The ACLU and several other organizations have brought two well publicized law suits against the Bush administration on the issue of “unauthorized” domestic spying. Of course, none of the plaintiffs can demonstrate that they have been targeted by the surveillance program and the claim that this is domestic spying is not technically accurate since only those conversations with a suspected terrorists outside the United States are considered.
Plaintiffs include a gaggle of left wingers including the Council on American Islamic Relations, Greenpeace, the National Association of Criminal Defense Lawyers, a writer for the Nation among others. Their argument is that the present administration is in contravention of the law since the president lost the authority to conduct warrantless surveillance domestically after the passage of the Foreign Intelligence Surveillance Act of 1978. The administration counters this claim with the argument that surveillance was authorized with the 2001 congressional resolution allowing for the use of force against al Qaeda.
Lost in the swelter of claims and counterclaims is the context for this litigation. The war on terror has not ended and the threat posed by the terrorists remains real and frightening.
While the president insists all measures must be taken to assure American security, the plaintiffs seem to be asserting that the only threat is the abridgement of the law and the erosion of civil liberties.
On the day the lawsuit was filed, al Manar, Hezballah’s main vehicle for spreading anti-American propaganda asked, “What structure built of gray sandstone in 1792 became a source of all oppressive decisions the world over? The answer: “the White House.”
In May 2004 Sheik Nasrallah said he is prepared for martyrdom. “Let Bush, Powell, Rumsfeld and all those tyrants in Washington hear… there will only be room for great sacrifice, for the call to martyrdom.”
The editor of Egyptian weekly Al Arabi is quoted in Memri as saying, “Anti-Americanism is like music” to his ears. He calls America “a plague” and “an ongoing crime.”
The head of the Sunni religious courts in Lebanon, Sheik Muhammad Kar’an, called America “the garbage of all nations.”
A professor of political science at Notre Dame University in Lebanon, Dr. George Hajjar said, “America is the New Nazism.” He added, “I hope that every patriotic and Islamic Arab will participate in this war, and will shift this war not only to America, but to all corners… wherever America may be.”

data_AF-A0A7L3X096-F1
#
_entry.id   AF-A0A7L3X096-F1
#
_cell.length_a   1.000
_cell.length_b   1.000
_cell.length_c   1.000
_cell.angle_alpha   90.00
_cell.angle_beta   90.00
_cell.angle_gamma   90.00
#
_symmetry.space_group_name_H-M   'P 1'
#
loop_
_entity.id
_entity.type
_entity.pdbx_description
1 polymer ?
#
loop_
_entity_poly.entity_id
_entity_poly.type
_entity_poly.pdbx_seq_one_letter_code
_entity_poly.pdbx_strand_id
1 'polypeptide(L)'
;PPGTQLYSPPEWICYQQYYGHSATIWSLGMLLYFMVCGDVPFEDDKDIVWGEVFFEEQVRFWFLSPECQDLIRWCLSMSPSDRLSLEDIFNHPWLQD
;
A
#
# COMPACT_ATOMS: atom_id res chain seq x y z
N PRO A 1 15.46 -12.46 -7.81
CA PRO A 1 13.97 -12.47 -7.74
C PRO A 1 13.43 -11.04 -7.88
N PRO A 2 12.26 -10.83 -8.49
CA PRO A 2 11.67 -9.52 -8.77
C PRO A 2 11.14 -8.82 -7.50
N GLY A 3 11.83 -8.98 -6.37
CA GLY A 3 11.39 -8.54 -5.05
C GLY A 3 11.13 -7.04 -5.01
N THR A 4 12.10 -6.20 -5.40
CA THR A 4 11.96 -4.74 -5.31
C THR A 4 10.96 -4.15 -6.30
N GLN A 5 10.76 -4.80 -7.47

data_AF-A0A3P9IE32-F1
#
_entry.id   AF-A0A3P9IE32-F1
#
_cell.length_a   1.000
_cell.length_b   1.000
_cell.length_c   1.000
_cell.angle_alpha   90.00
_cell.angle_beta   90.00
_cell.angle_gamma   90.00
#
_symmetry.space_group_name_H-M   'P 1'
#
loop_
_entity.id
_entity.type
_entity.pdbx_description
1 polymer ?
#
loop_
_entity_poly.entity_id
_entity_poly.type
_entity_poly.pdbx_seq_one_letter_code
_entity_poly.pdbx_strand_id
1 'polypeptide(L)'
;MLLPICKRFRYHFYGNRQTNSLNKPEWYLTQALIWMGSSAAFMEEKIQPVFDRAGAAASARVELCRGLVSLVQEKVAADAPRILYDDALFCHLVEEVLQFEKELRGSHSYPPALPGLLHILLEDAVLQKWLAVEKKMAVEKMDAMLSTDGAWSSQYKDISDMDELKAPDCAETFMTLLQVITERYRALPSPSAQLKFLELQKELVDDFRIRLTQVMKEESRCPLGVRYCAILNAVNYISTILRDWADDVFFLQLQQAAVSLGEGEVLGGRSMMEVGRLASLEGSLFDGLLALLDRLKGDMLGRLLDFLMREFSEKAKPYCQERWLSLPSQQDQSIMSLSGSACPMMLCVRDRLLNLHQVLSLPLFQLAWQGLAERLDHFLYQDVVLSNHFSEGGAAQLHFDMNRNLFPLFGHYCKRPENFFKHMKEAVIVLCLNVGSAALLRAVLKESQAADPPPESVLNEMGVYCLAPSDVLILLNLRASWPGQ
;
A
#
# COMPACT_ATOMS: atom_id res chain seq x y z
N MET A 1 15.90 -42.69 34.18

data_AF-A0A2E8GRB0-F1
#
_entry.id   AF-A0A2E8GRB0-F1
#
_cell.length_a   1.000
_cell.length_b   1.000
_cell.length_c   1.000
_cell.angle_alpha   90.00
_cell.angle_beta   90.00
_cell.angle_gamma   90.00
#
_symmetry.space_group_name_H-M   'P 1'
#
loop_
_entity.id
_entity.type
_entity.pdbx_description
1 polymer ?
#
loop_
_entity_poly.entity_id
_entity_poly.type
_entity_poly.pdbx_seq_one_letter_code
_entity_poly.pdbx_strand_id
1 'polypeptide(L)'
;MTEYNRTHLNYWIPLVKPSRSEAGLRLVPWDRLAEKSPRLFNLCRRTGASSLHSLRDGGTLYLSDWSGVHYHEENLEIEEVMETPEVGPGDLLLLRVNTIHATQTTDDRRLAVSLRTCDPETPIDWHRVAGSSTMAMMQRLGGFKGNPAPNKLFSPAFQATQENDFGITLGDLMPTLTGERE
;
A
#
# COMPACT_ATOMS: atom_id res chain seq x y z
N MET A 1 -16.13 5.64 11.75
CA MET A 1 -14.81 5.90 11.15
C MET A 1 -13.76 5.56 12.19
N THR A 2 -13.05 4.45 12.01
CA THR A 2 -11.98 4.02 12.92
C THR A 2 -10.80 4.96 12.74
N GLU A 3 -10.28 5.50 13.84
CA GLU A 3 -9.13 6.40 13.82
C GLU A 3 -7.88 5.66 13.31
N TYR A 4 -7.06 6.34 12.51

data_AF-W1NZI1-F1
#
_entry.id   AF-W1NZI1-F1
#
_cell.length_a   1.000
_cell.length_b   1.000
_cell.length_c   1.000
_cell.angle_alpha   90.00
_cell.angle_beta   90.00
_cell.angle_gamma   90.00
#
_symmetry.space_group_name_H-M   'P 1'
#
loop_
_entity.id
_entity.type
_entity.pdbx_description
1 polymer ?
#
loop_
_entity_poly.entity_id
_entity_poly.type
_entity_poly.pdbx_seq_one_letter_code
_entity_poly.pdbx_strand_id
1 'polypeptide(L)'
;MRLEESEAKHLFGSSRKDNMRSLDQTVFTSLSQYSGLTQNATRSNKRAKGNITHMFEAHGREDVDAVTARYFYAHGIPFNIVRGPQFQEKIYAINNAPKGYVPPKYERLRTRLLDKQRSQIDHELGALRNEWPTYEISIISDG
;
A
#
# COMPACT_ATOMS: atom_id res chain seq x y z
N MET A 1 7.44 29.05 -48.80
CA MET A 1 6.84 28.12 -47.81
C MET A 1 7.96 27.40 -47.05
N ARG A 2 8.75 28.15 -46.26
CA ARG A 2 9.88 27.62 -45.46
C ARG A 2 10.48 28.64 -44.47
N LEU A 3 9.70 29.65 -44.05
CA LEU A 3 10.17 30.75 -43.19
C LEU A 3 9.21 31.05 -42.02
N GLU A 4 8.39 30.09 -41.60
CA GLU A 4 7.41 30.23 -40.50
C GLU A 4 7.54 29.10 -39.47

Anis al Naggash, who was involved in terrorist attacks in the ‘70’s and ‘80’s, appeared on Al Manar in August 2005. He said, “The U.S. is the enemy of Arabs and Muslims… every person must resist it… if he can resist with weapons, it is his duty, mandated by the Koran. Any cleric with knowledge of Islam must declare jihad against the U.S., England, and their allies.”
As late as this January three would be terrorists were arrested in Italy after vowing to launch an attack in the U.S. that would dwarf 9/11. Curiously with the exception of the Philadelphia Inquirer this story was conspicuously ignored by the U.S. press corps.
Through conversations that were wiretapped, Italian officials heard Algerian terrorists plan to kill tens of thousands of Americans. This story raises two interesting questions: Did the press ignore the story because the report would support President Bush’s use of domestic surveillance and doesn’t this story portend the very frightening scenario that must be thwarted?
There are those in our midst who prefer legal battles against the administration because they fear a loss of civil liberties, but they do not fear, or appear not to fear, radical Islamists intent on their destruction.
Can there be any doubt that if fanatics in various corners of the globe could get their hands on nuclear weapons, they would be used?
Can there be any doubt that radical Islam is intent on causing harm to the United States, its citizens and our allies?
And can there be any doubt that a toxic poison has been set loose worldwide that could have apocalyptic repercussions if we do nothing about it?
President Bush, in fact any future president, has an obligation to take those steps necessary to provide for national security. It is not merely sad, but dangerous that many civil libertarians do not appreciate what is at stake in this global war. If the plaintiffs’ efforts in the forthcoming lawsuits are successful, another weapon in the war against terror will have been rendered nugatory. Is there any wonder about who benefits from such a decision?
Herbert London is president of Hudson Institute and professor emeritus of New York University. He is the author of Decade of Denial (Lanham, Maryland: Lexington Books, 2001). London maintains a website, www.herblondon.org.